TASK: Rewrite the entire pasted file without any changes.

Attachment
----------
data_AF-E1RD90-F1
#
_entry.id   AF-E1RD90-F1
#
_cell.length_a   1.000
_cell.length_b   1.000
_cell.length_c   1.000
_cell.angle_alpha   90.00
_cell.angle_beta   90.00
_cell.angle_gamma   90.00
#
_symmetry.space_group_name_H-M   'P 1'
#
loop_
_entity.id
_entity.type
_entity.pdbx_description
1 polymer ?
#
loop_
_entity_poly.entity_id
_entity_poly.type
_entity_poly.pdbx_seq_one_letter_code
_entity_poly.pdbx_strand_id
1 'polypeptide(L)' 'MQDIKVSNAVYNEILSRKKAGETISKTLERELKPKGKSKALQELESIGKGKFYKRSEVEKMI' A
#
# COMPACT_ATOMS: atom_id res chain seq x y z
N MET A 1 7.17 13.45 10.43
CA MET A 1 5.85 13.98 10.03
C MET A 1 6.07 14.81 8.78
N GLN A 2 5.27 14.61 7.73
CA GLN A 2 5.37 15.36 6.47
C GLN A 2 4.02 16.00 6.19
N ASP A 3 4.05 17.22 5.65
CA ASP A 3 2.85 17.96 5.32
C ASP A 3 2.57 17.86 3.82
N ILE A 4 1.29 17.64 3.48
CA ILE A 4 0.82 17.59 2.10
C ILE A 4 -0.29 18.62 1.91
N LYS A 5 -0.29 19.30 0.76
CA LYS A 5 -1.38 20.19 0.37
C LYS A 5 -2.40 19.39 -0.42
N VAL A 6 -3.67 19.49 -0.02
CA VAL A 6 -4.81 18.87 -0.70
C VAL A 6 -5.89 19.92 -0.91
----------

data_AF-E1RD90-F1
#
_entry.id   AF-E1RD90-F1
#
_cell.length_a   1.000
_cell.length_b   1.000
_cell.length_c   1.000
_cell.angle_alpha   90.00
_cell.angle_beta   90.00
_cell.angle_gamma   90.00
#
_symmetry.space_group_name_H-M   'P 1'
#
loop_
_entity.id
_entity.type
_entity.pdbx_description
1 polymer ?
#
loop_
_entity_poly.entity_id
_entity_poly.type
_entity_poly.pdbx_seq_one_letter_code
_entity_poly.pdbx_strand_id
1 'polypeptide(L)' 'MQDIKVSNAVYNEILSRKKAGETISKTLERELKPKGKSKALQELESIGKGKFYKRSEVEKMI' A
#
# COMPACT_ATOMS: atom_id res chain seq x y z
N MET A 1 7.17 13.45 10.43
CA MET A 1 5.85 13.98 10.03
C MET A 1 6.07 14.81 8.78
N GLN A 2 5.27 14.61 7.73
CA GLN A 2 5.37 15.36 6.47
C GLN A 2 4.02 16.00 6.19
N ASP A 3 4.05 17.22 5.65
CA ASP A 3 2.85 17.96 5.32
C ASP A 3 2.57 17.86 3.82
N ILE A 4 1.29 17.64 3.48
CA ILE A 4 0.82 17.59 2.10
C ILE A 4 -0.29 18.62 1.91
N LYS A 5 -0.29 19.30 0.76
CA LYS A 5 -1.38 20.19 0.37
C LYS A 5 -2.40 19.39 -0.42
N VAL A 6 -3.67 19.49 -0.02
CA VAL A 6 -4.81 18.87 -0.70
C VAL A 6 -5.89 19.92 -0.91